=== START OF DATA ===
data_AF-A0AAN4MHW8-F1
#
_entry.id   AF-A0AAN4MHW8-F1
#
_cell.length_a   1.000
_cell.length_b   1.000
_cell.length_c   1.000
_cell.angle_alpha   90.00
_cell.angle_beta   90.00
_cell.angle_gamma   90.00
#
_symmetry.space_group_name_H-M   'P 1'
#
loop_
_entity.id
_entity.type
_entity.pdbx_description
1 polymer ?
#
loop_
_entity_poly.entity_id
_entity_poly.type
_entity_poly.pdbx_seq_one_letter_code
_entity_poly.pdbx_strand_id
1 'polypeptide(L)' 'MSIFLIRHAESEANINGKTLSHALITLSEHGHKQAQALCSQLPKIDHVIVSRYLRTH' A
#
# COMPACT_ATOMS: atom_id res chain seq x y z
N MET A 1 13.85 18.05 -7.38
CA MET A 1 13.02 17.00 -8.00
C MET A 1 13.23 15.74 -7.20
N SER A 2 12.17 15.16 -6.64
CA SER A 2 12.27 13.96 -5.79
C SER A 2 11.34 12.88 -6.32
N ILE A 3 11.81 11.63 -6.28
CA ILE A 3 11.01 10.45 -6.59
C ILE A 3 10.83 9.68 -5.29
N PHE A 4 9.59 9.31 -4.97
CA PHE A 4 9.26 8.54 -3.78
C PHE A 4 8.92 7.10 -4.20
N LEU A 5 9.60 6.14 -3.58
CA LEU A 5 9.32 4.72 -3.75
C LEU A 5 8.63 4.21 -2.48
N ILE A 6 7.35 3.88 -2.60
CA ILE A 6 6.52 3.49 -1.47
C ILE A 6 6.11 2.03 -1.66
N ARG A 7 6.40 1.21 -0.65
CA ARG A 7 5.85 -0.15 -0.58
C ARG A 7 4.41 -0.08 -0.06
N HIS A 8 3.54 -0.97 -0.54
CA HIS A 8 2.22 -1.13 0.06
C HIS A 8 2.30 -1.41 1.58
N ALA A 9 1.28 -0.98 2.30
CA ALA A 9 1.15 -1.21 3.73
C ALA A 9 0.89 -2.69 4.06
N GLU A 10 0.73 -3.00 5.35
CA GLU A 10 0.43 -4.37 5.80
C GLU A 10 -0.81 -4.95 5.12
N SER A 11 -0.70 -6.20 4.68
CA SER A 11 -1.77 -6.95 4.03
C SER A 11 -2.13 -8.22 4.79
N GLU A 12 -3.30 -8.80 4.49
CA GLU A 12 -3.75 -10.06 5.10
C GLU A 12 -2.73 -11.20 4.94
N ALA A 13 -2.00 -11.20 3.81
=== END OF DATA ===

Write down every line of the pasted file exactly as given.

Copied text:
data_AF-A0AAN4MHW8-F1
#
_entry.id   AF-A0AAN4MHW8-F1
#
_cell.length_a   1.000
_cell.length_b   1.000
_cell.length_c   1.000
_cell.angle_alpha   90.00
_cell.angle_beta   90.00
_cell.angle_gamma   90.00
#
_symmetry.space_group_name_H-M   'P 1'
#
loop_
_entity.id
_entity.type
_entity.pdbx_description
1 polymer ?
#
loop_
_entity_poly.entity_id
_entity_poly.type
_entity_poly.pdbx_seq_one_letter_code
_entity_poly.pdbx_strand_id
1 'polypeptide(L)' 'MSIFLIRHAESEANINGKTLSHALITLSEHGHKQAQALCSQLPKIDHVIVSRYLRTH' A
#
# COMPACT_ATOMS: atom_id res chain seq x y z
N MET A 1 13.85 18.05 -7.38
CA MET A 1 13.02 17.00 -8.00
C MET A 1 13.23 15.74 -7.20
N SER A 2 12.17 15.16 -6.64
CA SER A 2 12.27 13.96 -5.79
C SER A 2 11.34 12.88 -6.32
N ILE A 3 11.81 11.63 -6.28
CA ILE A 3 11.01 10.45 -6.59
C ILE A 3 10.83 9.68 -5.29
N PHE A 4 9.59 9.31 -4.97
CA PHE A 4 9.26 8.54 -3.78
C PHE A 4 8.92 7.10 -4.20
N LEU A 5 9.60 6.14 -3.58
CA LEU A 5 9.32 4.72 -3.75
C LEU A 5 8.63 4.21 -2.48
N ILE A 6 7.35 3.88 -2.60
CA ILE A 6 6.52 3.49 -1.47
C ILE A 6 6.11 2.03 -1.66
N ARG A 7 6.40 1.21 -0.65
CA ARG A 7 5.85 -0.15 -0.58
C ARG A 7 4.41 -0.08 -0.06
N HIS A 8 3.54 -0.97 -0.54
CA HIS A 8 2.22 -1.13 0.06
C HIS A 8 2.30 -1.41 1.58
N ALA A 9 1.28 -0.98 2.30
CA ALA A 9 1.15 -1.21 3.73
C ALA A 9 0.89 -2.69 4.06
N GLU A 10 0.73 -3.00 5.35
CA GLU A 10 0.43 -4.37 5.80
C GLU A 10 -0.81 -4.95 5.12
N SER A 11 -0.70 -6.20 4.68
CA SER A 11 -1.77 -6.95 4.03
C SER A 11 -2.13 -8.22 4.79
N GLU A 12 -3.30 -8.80 4.49
CA GLU A 12 -3.75 -10.06 5.10
C GLU A 12 -2.73 -11.20 4.94
N ALA A 13 -2.00 -11.20 3.81